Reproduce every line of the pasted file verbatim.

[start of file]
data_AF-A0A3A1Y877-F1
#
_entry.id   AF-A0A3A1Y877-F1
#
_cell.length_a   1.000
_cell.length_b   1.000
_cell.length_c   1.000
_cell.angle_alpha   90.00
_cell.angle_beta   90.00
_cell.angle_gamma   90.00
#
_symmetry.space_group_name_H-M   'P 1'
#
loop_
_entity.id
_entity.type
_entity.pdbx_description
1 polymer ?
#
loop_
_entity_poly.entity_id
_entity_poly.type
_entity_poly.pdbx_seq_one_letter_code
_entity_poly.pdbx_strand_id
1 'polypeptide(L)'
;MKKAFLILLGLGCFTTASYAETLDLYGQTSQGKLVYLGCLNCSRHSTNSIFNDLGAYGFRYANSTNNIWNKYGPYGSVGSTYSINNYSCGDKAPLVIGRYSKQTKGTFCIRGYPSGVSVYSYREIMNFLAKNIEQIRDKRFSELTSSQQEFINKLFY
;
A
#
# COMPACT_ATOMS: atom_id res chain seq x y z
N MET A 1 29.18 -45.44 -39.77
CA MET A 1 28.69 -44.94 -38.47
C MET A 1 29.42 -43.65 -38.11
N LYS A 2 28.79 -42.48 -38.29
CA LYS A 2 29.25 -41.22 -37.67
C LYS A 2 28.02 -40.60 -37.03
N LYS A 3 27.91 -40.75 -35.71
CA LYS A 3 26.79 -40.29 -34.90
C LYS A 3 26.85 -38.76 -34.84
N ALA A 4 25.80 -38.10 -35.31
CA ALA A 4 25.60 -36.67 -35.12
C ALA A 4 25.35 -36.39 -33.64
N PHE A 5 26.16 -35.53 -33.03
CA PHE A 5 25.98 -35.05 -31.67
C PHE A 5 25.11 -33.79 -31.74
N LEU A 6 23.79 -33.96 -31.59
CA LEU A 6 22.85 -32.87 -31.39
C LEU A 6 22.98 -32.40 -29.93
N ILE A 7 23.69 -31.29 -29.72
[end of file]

data_AF-A0A3A1Y877-F1
#
_entry.id   AF-A0A3A1Y877-F1
#
_cell.length_a   1.000
_cell.length_b   1.000
_cell.length_c   1.000
_cell.angle_alpha   90.00
_cell.angle_beta   90.00
_cell.angle_gamma   90.00
#
_symmetry.space_group_name_H-M   'P 1'
#
loop_
_entity.id
_entity.type
_entity.pdbx_description
1 polymer ?
#
loop_
_entity_poly.entity_id
_entity_poly.type
_entity_poly.pdbx_seq_one_letter_code
_entity_poly.pdbx_strand_id
1 'polypeptide(L)'
;MKKAFLILLGLGCFTTASYAETLDLYGQTSQGKLVYLGCLNCSRHSTNSIFNDLGAYGFRYANSTNNIWNKYGPYGSVGSTYSINNYSCGDKAPLVIGRYSKQTKGTFCIRGYPSGVSVYSYREIMNFLAKNIEQIRDKRFSELTSSQQEFINKLFY
;
A
#
# COMPACT_ATOMS: atom_id res chain seq x y z
N MET A 1 29.18 -45.44 -39.77
CA MET A 1 28.69 -44.94 -38.47
C MET A 1 29.42 -43.65 -38.11
N LYS A 2 28.79 -42.48 -38.29
CA LYS A 2 29.25 -41.22 -37.67
C LYS A 2 28.02 -40.60 -37.03
N LYS A 3 27.91 -40.75 -35.71
CA LYS A 3 26.79 -40.29 -34.90
C LYS A 3 26.85 -38.76 -34.84
N ALA A 4 25.80 -38.10 -35.31
CA ALA A 4 25.60 -36.67 -35.12
C ALA A 4 25.35 -36.39 -33.64
N PHE A 5 26.16 -35.53 -33.03
CA PHE A 5 25.98 -35.05 -31.67
C PHE A 5 25.11 -33.79 -31.74
N LEU A 6 23.79 -33.96 -31.59
CA LEU A 6 22.85 -32.87 -31.39
C LEU A 6 22.98 -32.40 -29.93
N ILE A 7 23.69 -31.29 -29.72